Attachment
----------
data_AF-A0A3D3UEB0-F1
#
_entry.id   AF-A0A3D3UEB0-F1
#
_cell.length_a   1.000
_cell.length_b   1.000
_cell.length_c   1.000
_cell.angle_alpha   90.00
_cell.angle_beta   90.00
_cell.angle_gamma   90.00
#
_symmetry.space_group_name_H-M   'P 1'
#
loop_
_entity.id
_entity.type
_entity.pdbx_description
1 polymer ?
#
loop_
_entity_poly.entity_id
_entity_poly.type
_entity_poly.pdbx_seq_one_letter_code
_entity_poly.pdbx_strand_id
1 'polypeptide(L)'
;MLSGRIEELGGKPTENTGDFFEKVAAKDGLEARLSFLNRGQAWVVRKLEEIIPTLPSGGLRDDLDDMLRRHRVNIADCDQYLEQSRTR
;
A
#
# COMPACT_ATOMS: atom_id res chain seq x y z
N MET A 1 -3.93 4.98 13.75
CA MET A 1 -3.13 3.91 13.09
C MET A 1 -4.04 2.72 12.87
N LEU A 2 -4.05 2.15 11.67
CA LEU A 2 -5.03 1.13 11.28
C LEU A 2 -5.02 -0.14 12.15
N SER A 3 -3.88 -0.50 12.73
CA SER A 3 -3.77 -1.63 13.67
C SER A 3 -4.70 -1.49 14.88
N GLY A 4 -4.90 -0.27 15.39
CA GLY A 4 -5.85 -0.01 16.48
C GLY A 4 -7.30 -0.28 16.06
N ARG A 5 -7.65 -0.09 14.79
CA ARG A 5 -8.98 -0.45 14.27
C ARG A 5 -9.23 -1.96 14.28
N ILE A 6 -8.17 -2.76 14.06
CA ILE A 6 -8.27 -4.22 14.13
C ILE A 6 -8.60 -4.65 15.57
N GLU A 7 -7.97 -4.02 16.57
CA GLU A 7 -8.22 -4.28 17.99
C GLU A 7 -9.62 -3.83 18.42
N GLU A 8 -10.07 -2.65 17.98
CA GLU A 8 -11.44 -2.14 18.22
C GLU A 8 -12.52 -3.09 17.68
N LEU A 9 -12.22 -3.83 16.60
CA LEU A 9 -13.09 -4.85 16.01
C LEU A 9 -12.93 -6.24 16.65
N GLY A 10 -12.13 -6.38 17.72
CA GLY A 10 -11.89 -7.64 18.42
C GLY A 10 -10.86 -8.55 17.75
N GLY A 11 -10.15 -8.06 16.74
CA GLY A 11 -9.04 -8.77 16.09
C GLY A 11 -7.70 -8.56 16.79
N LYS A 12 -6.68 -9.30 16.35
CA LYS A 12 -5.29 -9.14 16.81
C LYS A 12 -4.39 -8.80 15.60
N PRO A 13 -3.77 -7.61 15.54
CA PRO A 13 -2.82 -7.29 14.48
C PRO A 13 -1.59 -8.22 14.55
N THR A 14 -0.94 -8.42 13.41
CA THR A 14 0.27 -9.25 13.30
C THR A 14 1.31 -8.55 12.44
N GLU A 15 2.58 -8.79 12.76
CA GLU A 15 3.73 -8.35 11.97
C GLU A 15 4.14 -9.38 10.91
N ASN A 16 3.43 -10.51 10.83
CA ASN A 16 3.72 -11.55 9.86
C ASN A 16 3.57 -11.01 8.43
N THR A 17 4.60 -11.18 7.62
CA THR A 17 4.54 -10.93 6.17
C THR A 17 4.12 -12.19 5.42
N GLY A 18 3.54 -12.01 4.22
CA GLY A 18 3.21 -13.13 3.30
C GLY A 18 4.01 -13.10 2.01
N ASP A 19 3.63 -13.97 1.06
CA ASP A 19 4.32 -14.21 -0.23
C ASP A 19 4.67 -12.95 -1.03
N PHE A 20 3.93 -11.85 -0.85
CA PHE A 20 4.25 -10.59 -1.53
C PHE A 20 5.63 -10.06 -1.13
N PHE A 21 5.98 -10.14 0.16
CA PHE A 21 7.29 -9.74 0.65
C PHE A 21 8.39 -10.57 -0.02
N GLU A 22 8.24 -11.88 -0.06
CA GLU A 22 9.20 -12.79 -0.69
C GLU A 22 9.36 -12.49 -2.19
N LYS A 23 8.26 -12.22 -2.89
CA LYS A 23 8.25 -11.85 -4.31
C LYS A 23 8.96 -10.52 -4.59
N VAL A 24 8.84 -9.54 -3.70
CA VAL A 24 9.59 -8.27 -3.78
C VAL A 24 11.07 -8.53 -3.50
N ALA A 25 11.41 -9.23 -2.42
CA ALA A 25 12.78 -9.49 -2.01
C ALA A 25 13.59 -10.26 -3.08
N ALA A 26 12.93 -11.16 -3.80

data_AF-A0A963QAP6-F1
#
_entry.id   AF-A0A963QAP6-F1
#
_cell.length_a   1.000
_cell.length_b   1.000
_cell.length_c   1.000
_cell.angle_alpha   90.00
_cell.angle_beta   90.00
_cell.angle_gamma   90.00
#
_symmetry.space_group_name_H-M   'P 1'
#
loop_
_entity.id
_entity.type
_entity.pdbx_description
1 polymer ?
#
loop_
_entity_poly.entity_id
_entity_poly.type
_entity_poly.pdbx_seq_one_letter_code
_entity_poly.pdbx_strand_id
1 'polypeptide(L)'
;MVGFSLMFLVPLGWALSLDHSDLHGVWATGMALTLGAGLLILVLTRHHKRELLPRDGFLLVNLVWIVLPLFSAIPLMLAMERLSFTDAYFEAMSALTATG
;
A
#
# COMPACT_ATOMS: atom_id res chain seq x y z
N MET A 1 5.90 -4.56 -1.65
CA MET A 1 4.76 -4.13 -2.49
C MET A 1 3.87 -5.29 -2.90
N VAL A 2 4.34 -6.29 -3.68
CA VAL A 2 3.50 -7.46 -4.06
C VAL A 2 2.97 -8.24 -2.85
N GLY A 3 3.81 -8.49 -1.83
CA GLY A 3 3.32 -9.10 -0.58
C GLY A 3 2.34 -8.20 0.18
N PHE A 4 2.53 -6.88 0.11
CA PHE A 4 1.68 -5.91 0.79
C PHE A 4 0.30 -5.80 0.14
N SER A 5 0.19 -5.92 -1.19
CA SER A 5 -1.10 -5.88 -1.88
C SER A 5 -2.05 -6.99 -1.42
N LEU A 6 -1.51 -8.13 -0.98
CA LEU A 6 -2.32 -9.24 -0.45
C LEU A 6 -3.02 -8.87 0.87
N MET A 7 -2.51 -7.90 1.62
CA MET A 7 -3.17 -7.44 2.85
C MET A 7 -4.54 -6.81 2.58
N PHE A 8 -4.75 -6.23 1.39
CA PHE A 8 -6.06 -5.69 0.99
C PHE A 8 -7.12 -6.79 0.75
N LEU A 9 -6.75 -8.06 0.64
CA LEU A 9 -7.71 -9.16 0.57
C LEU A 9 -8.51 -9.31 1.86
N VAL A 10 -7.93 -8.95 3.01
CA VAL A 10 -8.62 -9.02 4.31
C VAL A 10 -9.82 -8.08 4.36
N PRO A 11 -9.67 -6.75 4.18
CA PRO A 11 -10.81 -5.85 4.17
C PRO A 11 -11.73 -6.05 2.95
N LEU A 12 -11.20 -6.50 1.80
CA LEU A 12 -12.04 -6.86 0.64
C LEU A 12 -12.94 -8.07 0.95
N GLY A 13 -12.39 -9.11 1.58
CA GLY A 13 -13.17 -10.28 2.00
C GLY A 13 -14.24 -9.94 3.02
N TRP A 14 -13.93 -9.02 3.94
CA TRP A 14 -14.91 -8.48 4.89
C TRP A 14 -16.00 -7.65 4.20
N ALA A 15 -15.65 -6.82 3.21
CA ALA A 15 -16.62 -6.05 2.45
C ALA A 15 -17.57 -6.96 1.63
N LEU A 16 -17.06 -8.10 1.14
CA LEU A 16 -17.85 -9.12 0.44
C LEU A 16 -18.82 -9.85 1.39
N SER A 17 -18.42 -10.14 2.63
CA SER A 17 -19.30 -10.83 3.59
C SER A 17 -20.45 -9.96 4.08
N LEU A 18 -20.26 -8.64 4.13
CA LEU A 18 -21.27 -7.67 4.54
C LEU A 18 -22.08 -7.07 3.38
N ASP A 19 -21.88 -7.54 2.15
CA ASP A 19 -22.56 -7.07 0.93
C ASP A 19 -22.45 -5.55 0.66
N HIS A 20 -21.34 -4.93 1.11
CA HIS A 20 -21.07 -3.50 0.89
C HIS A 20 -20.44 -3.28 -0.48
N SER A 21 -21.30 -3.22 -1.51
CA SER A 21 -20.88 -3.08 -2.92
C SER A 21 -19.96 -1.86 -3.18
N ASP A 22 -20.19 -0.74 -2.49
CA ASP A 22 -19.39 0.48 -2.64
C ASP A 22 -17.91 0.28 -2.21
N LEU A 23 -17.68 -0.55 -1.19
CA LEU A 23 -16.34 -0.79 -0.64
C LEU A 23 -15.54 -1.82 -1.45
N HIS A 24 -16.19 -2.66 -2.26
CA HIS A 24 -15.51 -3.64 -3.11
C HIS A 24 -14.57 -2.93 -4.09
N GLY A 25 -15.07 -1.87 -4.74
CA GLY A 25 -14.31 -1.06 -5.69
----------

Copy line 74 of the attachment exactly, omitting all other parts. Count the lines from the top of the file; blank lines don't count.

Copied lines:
CA GLU A 15 3.73 -8.35 11.97